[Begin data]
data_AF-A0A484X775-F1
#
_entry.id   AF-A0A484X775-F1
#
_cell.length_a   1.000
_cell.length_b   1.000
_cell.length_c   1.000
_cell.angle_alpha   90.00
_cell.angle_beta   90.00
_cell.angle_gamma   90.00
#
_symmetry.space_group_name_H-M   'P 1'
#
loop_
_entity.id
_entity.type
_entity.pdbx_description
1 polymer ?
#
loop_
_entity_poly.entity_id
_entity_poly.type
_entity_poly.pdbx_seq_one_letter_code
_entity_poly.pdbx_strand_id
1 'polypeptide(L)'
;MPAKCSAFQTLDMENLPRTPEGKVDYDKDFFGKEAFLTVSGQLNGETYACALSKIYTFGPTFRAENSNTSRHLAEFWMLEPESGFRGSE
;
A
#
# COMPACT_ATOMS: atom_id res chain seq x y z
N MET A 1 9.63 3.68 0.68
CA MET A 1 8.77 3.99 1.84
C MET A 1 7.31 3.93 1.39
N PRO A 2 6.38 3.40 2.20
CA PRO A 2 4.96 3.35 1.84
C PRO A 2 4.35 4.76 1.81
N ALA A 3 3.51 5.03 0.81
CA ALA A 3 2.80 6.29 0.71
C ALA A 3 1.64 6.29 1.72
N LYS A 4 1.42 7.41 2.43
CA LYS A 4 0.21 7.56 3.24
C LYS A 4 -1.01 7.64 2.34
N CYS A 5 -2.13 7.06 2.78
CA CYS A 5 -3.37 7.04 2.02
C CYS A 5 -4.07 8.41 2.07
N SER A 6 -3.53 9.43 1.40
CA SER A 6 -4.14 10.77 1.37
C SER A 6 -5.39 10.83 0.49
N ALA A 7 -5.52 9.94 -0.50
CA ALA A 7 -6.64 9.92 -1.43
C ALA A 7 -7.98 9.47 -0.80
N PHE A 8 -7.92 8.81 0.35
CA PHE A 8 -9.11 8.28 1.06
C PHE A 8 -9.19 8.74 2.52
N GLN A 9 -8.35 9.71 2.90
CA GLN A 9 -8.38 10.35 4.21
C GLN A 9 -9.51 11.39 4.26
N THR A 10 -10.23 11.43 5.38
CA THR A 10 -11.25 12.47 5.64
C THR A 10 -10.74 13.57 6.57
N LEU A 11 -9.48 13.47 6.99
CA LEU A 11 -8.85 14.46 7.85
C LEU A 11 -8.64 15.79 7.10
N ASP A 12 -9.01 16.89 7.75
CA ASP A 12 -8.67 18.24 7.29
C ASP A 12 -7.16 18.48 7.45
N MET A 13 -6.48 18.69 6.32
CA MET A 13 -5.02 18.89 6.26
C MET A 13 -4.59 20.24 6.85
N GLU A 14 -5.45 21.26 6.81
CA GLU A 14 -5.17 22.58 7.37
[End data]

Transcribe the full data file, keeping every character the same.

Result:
data_AF-A0A484X775-F1
#
_entry.id   AF-A0A484X775-F1
#
_cell.length_a   1.000
_cell.length_b   1.000
_cell.length_c   1.000
_cell.angle_alpha   90.00
_cell.angle_beta   90.00
_cell.angle_gamma   90.00
#
_symmetry.space_group_name_H-M   'P 1'
#
loop_
_entity.id
_entity.type
_entity.pdbx_description
1 polymer ?
#
loop_
_entity_poly.entity_id
_entity_poly.type
_entity_poly.pdbx_seq_one_letter_code
_entity_poly.pdbx_strand_id
1 'polypeptide(L)'
;MPAKCSAFQTLDMENLPRTPEGKVDYDKDFFGKEAFLTVSGQLNGETYACALSKIYTFGPTFRAENSNTSRHLAEFWMLEPESGFRGSE
;
A
#
# COMPACT_ATOMS: atom_id res chain seq x y z
N MET A 1 9.63 3.68 0.68
CA MET A 1 8.77 3.99 1.84
C MET A 1 7.31 3.93 1.39
N PRO A 2 6.38 3.40 2.20
CA PRO A 2 4.96 3.35 1.84
C PRO A 2 4.35 4.76 1.81
N ALA A 3 3.51 5.03 0.81
CA ALA A 3 2.80 6.29 0.71
C ALA A 3 1.64 6.29 1.72
N LYS A 4 1.42 7.41 2.43
CA LYS A 4 0.21 7.56 3.24
C LYS A 4 -1.01 7.64 2.34
N CYS A 5 -2.13 7.06 2.78
CA CYS A 5 -3.37 7.04 2.02
C CYS A 5 -4.07 8.41 2.07
N SER A 6 -3.53 9.43 1.40
CA SER A 6 -4.14 10.77 1.37
C SER A 6 -5.39 10.83 0.49
N ALA A 7 -5.52 9.94 -0.50
CA ALA A 7 -6.64 9.92 -1.43
C ALA A 7 -7.98 9.47 -0.80
N PHE A 8 -7.92 8.81 0.35
CA PHE A 8 -9.11 8.28 1.06
C PHE A 8 -9.19 8.74 2.52
N GLN A 9 -8.35 9.71 2.90
CA GLN A 9 -8.38 10.35 4.21
C GLN A 9 -9.51 11.39 4.26
N THR A 10 -10.23 11.43 5.38
CA THR A 10 -11.25 12.47 5.64
C THR A 10 -10.74 13.57 6.57
N LEU A 11 -9.48 13.47 6.99
CA LEU A 11 -8.85 14.46 7.85
C LEU A 11 -8.64 15.79 7.10
N ASP A 12 -9.01 16.89 7.75
CA ASP A 12 -8.67 18.24 7.29
C ASP A 12 -7.16 18.48 7.45
N MET A 13 -6.48 18.69 6.32
CA MET A 13 -5.02 18.89 6.26
C MET A 13 -4.59 20.24 6.85
N GLU A 14 -5.45 21.26 6.81
CA GLU A 14 -5.17 22.58 7.37